Photo: Fresh cut fruits and vegetables. Link to photo information
Neutralizing an acid-producing diet, which can be done by eating fruits and vegetables, appears to be an important key to reducing bone breakdown while aging.

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Photo: A display of red and green leaf lettuce.
The plant on the left received no UV light; the middle plant received only UV-A light; and the plant on the right received both UV-A and UV-B light, resulting in higher levels of phenolic antioxidants.Photo courtesy of Steve Britz, ARS.

Lettuce Carotenoids Affected by UV Light in Greenhouse

Growing the right type of green leaf lettuce during winter in a greenhouse—and exposing it to the right type of ultraviolet light—can boost levels of nutritionally beneficial carotenoids, according to an Agricultural Research Service (ARS) study. Supplemental ultraviolet-A light (UV-A) and ultraviolet-B light (UV-B) greatly increased the carotenoid and chlorophyll concentrations of the green leaf lettuce varieties, while slightly but significantly reducing the levels of those compounds in the red varieties. Interestingly, significantly higher levels of other phenolic phytochemicals were produced in the red leaf lettuce varieties, compared to the green leaf lettuce varieties under the same UV treatment conditions. Among the green leaf lettuce varieties, under identical light and growing conditions, "Concept" had about 10 times the level of lutein, a carotenoid, as "Black-Seeded Simpson." Also, the amount of lutein in two green varieties—"Marin" and "Waldmann's Dark Green"—more than doubled after receiving both supplemental UV-A and UV-B light, when compared to lettuce that received only regular light.

Details

Scientific contact: Steven J. Britz, (301) 504-6625, ext. 241, Food Components and Health Laboratory, ARS Henry A. Wallace Beltsville Agricultural Research Center, Beltsville, Md.

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Gene Variants Affecting Blood Fats Identified

A team of investigators at a research center funded by the Agricultural Research Service (ARS) has identified new genetic sites harboring common variations in DNA that are linked to imbalances in concentrations of blood lipids (fats). The findings provide another step forward in understanding the genetic contribution to dyslipidemia, a condition marked by overproduction of low-density lipoprotein (LDL "bad" cholesterol) and triglycerides, and underproduction of high-density lipoprotein (HDL "good"cholesterol). While each of the 30 genetic sites, called loci, identified conferred a modest effect individually, the analysis suggests that the more lipid-risk variants found in one individual, the higher his or her association with dyslipidemia. Together, the 30 sites explain a significant percentage of the genetic contribution to lipid levels among individuals.

Details

Scientific contact: Jose Ordovas, (617) 556-3102, Jean Mayer USDA Human Nutrition Research Center on Aging, Boston, Mass.

Photo: Drawing of DNA.
A new study associates 11 new genetic sites with cholesterol and triglyceride levels in people. Image courtesy of Microsoft Clipart.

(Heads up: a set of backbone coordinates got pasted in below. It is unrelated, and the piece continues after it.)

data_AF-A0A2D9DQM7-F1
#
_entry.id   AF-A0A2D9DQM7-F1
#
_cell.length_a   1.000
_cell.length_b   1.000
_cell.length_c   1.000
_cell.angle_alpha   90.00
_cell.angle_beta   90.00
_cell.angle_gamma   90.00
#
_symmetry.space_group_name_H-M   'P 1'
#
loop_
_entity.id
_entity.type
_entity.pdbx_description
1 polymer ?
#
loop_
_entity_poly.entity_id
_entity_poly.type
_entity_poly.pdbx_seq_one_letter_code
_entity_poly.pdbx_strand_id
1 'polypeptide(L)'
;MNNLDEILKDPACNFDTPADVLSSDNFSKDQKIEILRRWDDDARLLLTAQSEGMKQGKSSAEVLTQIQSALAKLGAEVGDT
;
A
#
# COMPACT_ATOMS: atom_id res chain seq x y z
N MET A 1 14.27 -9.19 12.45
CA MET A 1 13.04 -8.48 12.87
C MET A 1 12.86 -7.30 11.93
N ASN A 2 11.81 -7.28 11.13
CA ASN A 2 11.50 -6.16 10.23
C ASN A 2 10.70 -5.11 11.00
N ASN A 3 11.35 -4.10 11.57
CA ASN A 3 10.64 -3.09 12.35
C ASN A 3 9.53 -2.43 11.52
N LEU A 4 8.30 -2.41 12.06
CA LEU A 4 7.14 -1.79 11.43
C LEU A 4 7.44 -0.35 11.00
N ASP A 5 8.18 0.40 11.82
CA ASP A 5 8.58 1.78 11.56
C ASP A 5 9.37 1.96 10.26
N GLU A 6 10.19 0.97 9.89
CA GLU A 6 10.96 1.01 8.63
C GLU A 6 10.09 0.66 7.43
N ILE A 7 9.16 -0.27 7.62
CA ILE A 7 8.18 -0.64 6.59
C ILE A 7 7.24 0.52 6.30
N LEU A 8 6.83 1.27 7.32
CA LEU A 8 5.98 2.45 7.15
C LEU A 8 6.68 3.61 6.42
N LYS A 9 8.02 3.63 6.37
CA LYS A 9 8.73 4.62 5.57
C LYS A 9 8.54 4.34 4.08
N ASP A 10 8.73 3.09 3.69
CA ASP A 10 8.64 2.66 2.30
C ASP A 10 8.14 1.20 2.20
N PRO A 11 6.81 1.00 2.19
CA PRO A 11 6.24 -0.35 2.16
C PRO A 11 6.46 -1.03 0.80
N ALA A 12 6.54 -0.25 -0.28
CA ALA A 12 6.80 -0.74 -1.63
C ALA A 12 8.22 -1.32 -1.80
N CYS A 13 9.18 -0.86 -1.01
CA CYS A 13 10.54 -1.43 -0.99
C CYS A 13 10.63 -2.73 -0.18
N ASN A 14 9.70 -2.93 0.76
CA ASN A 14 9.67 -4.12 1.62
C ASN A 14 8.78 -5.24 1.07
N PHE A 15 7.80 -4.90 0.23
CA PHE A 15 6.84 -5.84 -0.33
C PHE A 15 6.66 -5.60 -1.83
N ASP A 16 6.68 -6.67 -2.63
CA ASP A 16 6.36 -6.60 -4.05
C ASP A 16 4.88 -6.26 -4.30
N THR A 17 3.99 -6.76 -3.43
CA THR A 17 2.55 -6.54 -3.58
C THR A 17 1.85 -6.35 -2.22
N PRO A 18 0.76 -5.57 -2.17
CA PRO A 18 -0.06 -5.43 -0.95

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Photo: Graphic of hamburger, french fries and soda on a tray.
For people aged 31-50, eating a high proportion of "fast food" is associated with a higher body mass index (BMI). Image courtesy of Microsoft Clipart.

Food Choices and Health Indicators

A study by Agricultural Research Service (ARS) nutritionist Rhonda Sebastian shows that among U.S. men and women aged 31 to 50, obtaining a greater proportion of total calories from conventional fast-food restaurants was associated with a higher BMI, or body mass index. Sebastian and colleagues analyzed the eating habits of more than 2,000 volunteers aged 19 to 50. The significant relationship between BMI and fast-food intake found among the 31- to 50-year age group was not found among the 894 volunteers who were in the 19- to 30-year age group.

Details

Scientific contact: Rhonda Sebastian, (301) 504-0343, ARS Beltsville Human Nutrition Research Center, Beltsville, Md.

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USDA Pressure Chamber Makes Egg Microcracks Shine

A prototype pressure chamber and camera system that finds very small cracks, called microcracks, in fresh eggshells has been developed by Agricultural Research Service (ARS) scientists. The device could help the fresh egg industry find microcracks that can often go undetected during grading. The technology emulates human graders who squeeze eggs along suspected cracks to see if the cracks open. The camera then takes a picture before and while the crack is opening to "see" if the shell is cracked. The system detected 99.4 percent of eggshell cracks while recording almost no false positives (only 0.3 percent). In comparison, professional human graders had an 85.8 percent crack detection rate and 1.2 percent false positives.

Details

Scientific contact: Kurt C. Lawrence, (706) 546-3527, Quality and Safety Assessment Research Unit, ARS Richard B. Russell Research Center, Athens, Ga.

Photo: A cracked egg.
A pressure chamber finds very small cracks in fresh eggshells.

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Photo: Pompano fish in a net.
ARS researchers are working out ways to raise saltwater fish like this pompano hundreds of miles from the nearest ocean.

Futuristic Seafood: Raising Delicious Cobia and Pompano—Inland!

An Agricultural Research Service (ARS) team including agricultural engineer Timothy J. Pfeiffer, fish nutritionist Martin A. Riche, and fish biologist Charles R. Weirich—all based in Ft. Pierce, Fla.—is determining how to best raise cobia and pompano inland, hundreds of miles from the nearest ocean or bay, in huge tanks of fresh or only slightly salty water. The tanks are part of what's known as a "recirculating aquaculture system," or "RAS," in which water is cleaned and used again and again. These systems offer the potential to reduce discharge of everyday fish-farm effluent to as little as 3 percent—or less—of the total amount of water used each day. Fish wastes and unused food collected in the system could be recycled as nutrient-rich compost.

Details

Scientific contact: Timothy J. Pfeiffer, (772) 465-2400, ext. 360, ARS Harry K. Dupree Stuttgart National Aquaculture Research Center, Fort. Pierce, Fla.

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Last Modified: 1/28/2013